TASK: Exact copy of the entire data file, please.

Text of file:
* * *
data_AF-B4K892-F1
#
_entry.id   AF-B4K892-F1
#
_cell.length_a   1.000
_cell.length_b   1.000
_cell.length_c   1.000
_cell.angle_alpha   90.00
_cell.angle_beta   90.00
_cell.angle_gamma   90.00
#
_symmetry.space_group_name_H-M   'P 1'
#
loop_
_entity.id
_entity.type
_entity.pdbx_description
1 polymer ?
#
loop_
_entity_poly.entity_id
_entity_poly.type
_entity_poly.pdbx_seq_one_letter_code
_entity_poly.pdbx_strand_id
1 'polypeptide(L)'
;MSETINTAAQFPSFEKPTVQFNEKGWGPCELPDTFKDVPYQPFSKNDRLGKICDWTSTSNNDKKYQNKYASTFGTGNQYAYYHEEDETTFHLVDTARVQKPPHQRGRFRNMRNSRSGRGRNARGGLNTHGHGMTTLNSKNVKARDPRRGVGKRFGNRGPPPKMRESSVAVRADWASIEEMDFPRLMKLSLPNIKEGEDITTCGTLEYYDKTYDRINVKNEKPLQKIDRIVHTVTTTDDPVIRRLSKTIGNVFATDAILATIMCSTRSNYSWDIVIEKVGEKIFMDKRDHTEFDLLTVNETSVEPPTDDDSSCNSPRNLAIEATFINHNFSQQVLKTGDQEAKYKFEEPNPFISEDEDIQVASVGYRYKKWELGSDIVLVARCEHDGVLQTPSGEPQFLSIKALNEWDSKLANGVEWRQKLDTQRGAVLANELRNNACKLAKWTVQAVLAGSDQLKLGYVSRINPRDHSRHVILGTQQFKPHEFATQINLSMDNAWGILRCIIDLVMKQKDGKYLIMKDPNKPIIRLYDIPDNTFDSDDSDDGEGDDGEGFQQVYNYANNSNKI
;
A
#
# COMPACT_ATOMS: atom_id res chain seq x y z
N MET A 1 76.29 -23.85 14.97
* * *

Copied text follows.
data_AF-B4K892-F1
#
_entry.id   AF-B4K892-F1
#
_cell.length_a   1.000
_cell.length_b   1.000
_cell.length_c   1.000
_cell.angle_alpha   90.00
_cell.angle_beta   90.00
_cell.angle_gamma   90.00
#
_symmetry.space_group_name_H-M   'P 1'
#
loop_
_entity.id
_entity.type
_entity.pdbx_description
1 polymer ?
#
loop_
_entity_poly.entity_id
_entity_poly.type
_entity_poly.pdbx_seq_one_letter_code
_entity_poly.pdbx_strand_id
1 'polypeptide(L)'
;MSETINTAAQFPSFEKPTVQFNEKGWGPCELPDTFKDVPYQPFSKNDRLGKICDWTSTSNNDKKYQNKYASTFGTGNQYAYYHEEDETTFHLVDTARVQKPPHQRGRFRNMRNSRSGRGRNARGGLNTHGHGMTTLNSKNVKARDPRRGVGKRFGNRGPPPKMRESSVAVRADWASIEEMDFPRLMKLSLPNIKEGEDITTCGTLEYYDKTYDRINVKNEKPLQKIDRIVHTVTTTDDPVIRRLSKTIGNVFATDAILATIMCSTRSNYSWDIVIEKVGEKIFMDKRDHTEFDLLTVNETSVEPPTDDDSSCNSPRNLAIEATFINHNFSQQVLKTGDQEAKYKFEEPNPFISEDEDIQVASVGYRYKKWELGSDIVLVARCEHDGVLQTPSGEPQFLSIKALNEWDSKLANGVEWRQKLDTQRGAVLANELRNNACKLAKWTVQAVLAGSDQLKLGYVSRINPRDHSRHVILGTQQFKPHEFATQINLSMDNAWGILRCIIDLVMKQKDGKYLIMKDPNKPIIRLYDIPDNTFDSDDSDDGEGDDGEGFQQVYNYANNSNKI
;
A
#
# COMPACT_ATOMS: atom_id res chain seq x y z
N MET A 1 76.29 -23.85 14.97